OK, it is late, and I have strayed from my intended path. My point is that while I love my grading system (no, I am not fond of it because I made it—it is derived from others and enhanced by ideas I had when I was a Woodring student, if you must know), I feel there must be a way to improve it. For lower level courses, I like the idea of a firm late policy that still encourages students to complete work. I like rewrites so they can see how changes affect papers and get practice editing. I like focusing on basics when it comes to tests, yet let my students run free when it comes to essay topics. Yet every semester I think I am missing something. Maybe it is the impending version of academic post-partum blues. The weekend after finals usually finds me drained, and I am already feeling the effects. Oh well. I have a final to deliver in about 13 hours, and I need sleep.

Wednesday, May 18, 2005


The Bush administration has asked for the opportunity to see an up-or-down vote on, John Bolton, the President's nominee for U.N. ambassador. The committee, rightly I believe, agreed and forwarded Bolton's name to the floor, though with no recommendation. Now Senator Barbara Boxer (D—CA) is holding up the nomination until the State Department finishes turning over documents related to Bolton's treatment of someone who disagreed with him. This, too, is right. Here's the problem.

The Bush administration insists that the Senate has enough information to make its decision. I'm sorry, but if, as some people in the State Department have suggested, these documents could reveal that Bolton distorted, favorably for himself, the events during his confirmation hearings, Boxer's actions are not only jusified but necessary.

Some suggest that Bolton is the right man for the job because he can push people to reform the U.N. Of course, the U.N. is already working toward the very changes the Bush administration wants. What the U.N. does not need is another liar; deceit is at the very heart of the problems the U.N. is having. And there is another problem.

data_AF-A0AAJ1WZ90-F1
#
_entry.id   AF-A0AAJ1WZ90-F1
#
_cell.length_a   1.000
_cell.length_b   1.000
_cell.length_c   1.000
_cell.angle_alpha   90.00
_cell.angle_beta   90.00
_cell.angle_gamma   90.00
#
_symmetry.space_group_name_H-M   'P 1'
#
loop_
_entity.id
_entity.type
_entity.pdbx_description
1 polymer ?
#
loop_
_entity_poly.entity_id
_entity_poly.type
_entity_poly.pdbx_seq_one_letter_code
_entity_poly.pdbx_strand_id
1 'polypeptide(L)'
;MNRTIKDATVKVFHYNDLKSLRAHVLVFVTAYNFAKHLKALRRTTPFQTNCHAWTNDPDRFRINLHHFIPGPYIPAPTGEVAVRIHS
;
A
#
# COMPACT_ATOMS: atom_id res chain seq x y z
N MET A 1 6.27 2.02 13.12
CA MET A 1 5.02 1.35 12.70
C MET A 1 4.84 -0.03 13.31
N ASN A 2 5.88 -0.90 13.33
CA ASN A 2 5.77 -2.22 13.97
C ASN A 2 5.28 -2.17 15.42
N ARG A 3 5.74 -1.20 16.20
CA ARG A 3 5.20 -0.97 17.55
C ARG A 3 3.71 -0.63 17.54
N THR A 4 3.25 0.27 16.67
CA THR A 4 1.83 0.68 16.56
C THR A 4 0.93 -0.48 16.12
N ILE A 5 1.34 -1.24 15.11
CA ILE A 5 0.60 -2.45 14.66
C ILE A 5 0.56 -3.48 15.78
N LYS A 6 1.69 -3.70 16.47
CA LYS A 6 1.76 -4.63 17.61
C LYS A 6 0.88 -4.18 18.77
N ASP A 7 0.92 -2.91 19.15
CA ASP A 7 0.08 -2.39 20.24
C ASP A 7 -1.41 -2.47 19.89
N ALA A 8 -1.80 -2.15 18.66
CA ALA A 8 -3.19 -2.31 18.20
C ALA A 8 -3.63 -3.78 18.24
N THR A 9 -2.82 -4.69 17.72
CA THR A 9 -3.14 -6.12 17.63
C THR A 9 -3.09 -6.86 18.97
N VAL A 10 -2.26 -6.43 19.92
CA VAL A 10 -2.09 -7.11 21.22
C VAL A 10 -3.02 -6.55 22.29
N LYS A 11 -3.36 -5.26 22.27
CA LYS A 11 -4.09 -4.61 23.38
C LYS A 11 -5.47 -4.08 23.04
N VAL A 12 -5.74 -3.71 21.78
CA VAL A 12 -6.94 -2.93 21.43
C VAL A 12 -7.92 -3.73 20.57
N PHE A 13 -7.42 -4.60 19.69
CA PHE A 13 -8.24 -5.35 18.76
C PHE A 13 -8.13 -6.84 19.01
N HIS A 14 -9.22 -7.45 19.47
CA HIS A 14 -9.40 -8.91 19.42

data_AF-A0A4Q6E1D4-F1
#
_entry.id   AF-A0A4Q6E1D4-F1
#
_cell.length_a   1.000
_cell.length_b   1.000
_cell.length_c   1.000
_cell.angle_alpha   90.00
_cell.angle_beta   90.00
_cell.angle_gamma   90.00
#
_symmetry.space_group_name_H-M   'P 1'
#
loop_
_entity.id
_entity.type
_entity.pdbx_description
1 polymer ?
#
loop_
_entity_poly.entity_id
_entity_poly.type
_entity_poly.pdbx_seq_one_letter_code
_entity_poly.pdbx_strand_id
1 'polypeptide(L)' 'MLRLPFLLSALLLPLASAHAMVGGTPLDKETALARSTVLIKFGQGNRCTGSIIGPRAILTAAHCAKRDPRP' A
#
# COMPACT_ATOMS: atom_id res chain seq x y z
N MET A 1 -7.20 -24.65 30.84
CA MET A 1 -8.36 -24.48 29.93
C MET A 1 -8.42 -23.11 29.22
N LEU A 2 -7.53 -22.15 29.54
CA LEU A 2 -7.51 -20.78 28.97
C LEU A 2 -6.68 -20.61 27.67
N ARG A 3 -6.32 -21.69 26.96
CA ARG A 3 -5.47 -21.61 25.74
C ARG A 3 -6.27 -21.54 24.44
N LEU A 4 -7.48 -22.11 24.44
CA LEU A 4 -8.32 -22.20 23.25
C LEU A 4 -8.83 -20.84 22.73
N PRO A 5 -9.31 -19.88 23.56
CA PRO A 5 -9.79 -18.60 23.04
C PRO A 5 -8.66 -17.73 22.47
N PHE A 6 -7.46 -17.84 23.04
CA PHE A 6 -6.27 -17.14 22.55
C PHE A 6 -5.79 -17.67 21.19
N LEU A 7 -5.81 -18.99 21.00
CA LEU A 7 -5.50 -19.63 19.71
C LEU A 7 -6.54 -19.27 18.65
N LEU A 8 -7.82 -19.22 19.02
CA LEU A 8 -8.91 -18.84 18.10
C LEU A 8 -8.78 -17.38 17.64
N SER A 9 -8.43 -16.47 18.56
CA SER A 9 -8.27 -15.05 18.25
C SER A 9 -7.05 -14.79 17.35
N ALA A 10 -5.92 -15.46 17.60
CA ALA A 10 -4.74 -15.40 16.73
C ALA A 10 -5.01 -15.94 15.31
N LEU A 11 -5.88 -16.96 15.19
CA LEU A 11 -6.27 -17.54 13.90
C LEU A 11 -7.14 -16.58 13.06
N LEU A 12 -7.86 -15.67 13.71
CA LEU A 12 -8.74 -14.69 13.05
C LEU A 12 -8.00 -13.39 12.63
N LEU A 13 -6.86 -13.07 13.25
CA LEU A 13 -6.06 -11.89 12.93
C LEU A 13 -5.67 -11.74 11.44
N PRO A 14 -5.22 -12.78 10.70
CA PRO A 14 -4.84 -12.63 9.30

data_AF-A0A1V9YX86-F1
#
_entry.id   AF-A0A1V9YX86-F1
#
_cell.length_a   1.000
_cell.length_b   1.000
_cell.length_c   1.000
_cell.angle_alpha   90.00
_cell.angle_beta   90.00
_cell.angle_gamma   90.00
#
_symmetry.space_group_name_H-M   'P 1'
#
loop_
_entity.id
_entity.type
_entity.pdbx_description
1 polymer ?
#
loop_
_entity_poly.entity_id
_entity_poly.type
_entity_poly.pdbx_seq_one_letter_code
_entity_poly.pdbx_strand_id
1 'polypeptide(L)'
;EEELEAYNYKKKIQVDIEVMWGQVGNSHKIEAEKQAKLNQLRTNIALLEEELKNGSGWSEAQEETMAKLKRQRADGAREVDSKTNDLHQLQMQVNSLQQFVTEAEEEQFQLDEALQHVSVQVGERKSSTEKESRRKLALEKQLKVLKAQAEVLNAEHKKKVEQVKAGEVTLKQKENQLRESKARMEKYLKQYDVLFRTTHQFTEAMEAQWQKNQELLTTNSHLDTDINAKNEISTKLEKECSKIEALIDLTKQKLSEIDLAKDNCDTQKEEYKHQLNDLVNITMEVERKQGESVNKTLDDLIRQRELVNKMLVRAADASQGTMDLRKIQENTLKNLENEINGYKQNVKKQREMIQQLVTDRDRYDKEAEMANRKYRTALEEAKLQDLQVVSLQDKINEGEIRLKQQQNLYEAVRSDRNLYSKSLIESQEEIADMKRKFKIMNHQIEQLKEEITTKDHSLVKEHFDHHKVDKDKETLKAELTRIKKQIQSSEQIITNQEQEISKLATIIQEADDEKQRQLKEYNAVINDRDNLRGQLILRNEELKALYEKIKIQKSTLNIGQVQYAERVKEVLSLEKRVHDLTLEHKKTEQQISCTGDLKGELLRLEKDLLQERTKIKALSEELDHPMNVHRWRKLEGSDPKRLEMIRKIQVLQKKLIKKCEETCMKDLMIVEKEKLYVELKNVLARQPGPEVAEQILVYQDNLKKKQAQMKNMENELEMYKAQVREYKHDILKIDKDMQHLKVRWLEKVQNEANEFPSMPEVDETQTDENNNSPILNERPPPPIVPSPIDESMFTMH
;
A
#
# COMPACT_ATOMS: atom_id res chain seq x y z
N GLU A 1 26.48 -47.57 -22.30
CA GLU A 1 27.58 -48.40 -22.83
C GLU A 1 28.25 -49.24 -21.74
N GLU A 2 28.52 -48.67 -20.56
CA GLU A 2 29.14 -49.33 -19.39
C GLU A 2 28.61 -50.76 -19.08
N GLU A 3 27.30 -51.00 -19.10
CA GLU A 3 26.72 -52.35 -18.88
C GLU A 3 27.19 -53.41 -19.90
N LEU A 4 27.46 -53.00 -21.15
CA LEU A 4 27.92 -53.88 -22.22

We have a trust gap. The Bush administration told the Senate back in 2002 that it had all of the evidence needed to provide funds for military action against Iraq. That evidence has since been shown to have been incomplete and inaccurate. Until someone ignites the President and has him speak in Hebrew with the voice of God, I'm not about to rush to accept his claims of "enough evidence" when more is readily available.

Sunday, May 15, 2005


I get upset, it's true, when I find people who don't demonstrate, in an argument, sound technique. A couple days ago, my entry on the possible biological impetus for homosexual attraction. The debate got nasty, and it is my fault for taking it there, as my friend Anton was good enough to point out (by the way, people, always keep friends who will smack you upside the head).

I will let anyone interested scroll down and review the exchange of comments. I am sorry to the commenter in question that I let my comments get personal. I like to deal in evidence, and I did not see any, so I got nasty.

I will continue allowing anonymous comments. I will endeavor to control my emotional responses in the future (and I shall let stand the evidence of my past failures in that regard), though I will NOT back away from my demand that people provide evidence when making claims here.

My initial post includes a link to an article about the study. One of my responses includes links to relevant information that directly refutes the claims the commenter made. This is the kind of evidence I ask of those who make claims. I don't think I am asking all that much, really. I understand that people feel some things deeply, and this is clear enough in my losses of control, but evidence is what matters.

Saturday, May 14, 2005

An Old Theme

We had a rather disappointing experience last night (it was game night). Now, it's true, we had four friends over, and the laughter and alcohol were both plentiful, but one of the highlights, we had hoped, would be a new DVD-based game entitled Shout About Movies 2. Parker Brothers publishes this thing, so perhaps we should have lowered our expectations, but let's be real here: any game supposedly built around people's shouting wildly should actually be at least as well paced as a championship game of chess. This game drags during the the track searches and score totals, and while there are eight rounds to each of the twelve games that are spread across four DVDs, it might well take a month to get through the entire thing. After that, too bad. There are no more clips and scenes and lines. Bah!